Underground Berlin Light Expert’s ‘Dancefloor Design’ (interview)
“Nobody likes a party where the music is bad. A bad DJ will empty a venue a lot faster then a bad lights operator. But with lights you give a venue character, and you can turn an event into something special.”
Learning his craft via marathon sets at Berlin’s underground institution Sisyphos (followed by prestige slots at Fusion’s Turmbühne stage amongst others) Dr Strebel (known to his friends as Floris) clearly puts a lot of thought into what he does, labelling his lighting role as ‘Dance-floor Design.’
“That means mostly lighting and decoration for festivals, clubs and promotors. It can mean abstract video powered LED lighting installations. Or it can mean an installation with metal skulptures and fire,” he explains.
“I also design lamps and make skulptures to special order. Or anything in-between.”
Growing up in Amsterdam’s fiercely underground squat culture, he found his vocation through a serendipitous set of circumstances that brought him to Berlin’s Sisyphos.
“I’d never have imagined I’d end up doing lights, I initially planned to create an art project and travel around the festivals with it,” he admits.
“But before the tour was even finished, I was asked to hang it in the Hammerhalle in Sisyphos, and do the lights there. I just told them: ‘If you show me how to, I will!’ So I kept coming back, and things just developed from there.”
Five years on, he’s moved on from Sisyphos, splitting his time between Amsterdam and Berlin, with parties, in particular underground parties, remaining his core client constituency as well as favourite creative canvasses.
He’s also doing exactly what he always wanted,‘travelling from festival to festival with art,” he says, “but in a whole different way I imagined in the beginning”.
“A good design is very important for a dance-floor and one of the great things about doing lights for electronic music is that there is usually so much additional space for installations,” he points out.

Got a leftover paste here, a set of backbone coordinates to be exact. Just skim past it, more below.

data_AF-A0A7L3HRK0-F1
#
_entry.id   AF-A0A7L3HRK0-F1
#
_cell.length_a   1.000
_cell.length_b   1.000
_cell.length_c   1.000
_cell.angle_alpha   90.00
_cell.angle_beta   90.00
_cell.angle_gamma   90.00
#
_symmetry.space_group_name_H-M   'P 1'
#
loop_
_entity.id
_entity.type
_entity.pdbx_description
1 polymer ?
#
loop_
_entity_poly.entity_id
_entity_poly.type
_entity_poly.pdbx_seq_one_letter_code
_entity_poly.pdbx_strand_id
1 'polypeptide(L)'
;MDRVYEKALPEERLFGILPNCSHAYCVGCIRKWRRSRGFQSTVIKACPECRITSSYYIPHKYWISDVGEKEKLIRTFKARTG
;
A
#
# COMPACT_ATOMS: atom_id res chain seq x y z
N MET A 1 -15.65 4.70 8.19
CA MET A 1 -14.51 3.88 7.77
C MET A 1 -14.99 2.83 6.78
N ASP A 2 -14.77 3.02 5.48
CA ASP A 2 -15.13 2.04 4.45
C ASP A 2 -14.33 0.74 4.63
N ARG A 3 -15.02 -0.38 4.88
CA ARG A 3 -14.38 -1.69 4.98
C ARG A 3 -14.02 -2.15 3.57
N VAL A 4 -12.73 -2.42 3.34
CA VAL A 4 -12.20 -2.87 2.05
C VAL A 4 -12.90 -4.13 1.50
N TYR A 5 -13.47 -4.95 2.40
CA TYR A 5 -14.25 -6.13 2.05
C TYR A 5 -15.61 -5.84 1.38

“When you work with bands or theatres, you usually have to work mostly two dimensional environments whereas at club events you can play with the whole area, and make mad installations around the audience, which intensify the music, play with the architecture of a place and can be a piece of art on its own. You can build a spectacle around the audience.”
Skrufff: How did you first connect with the Berlin underground club scene?
Dr Strebel: “I like raving very much, that’s how I came to Berlin. I have done a lot of dance-floor research. One of my housemates with whom I started the first art project is the brother of one of the owners of Sisyphos. That’s how I got to know them.”
Skrufff: How did you approach working in Sisyphos’ giant tech floor hammahalle?
Dr Strebel: “Working in the hammahalle was great. We changed the dance-floor design constantly. We could think of new installations the whole time, and develop the place and ourselves at the same time. Before we got bored of one installation it was time to make something new. That way we challenged ourselves to get better and could always offer the visitors and ourselves a fresh experience.
Also I think it is very important to feel what a DJ is doing and dive into the atmosphere he/she is creating, and intensify the experience of the music by laying the focus on the audience instead of just on the DJ.”
Skrufff: What exactly do you do at Fusion?
Dr Strebel: “I have been working and volunteering on Fusion for many years and I have done many different things over the years. The more I got into lights the more my Fusion jobs started to go into that direction too. Last year I got the possibility do the Turmbühne. We made six five meter long dragons of metal that spit fire over the dance-floor. We also did the light installation. And, of course, we had a blast.”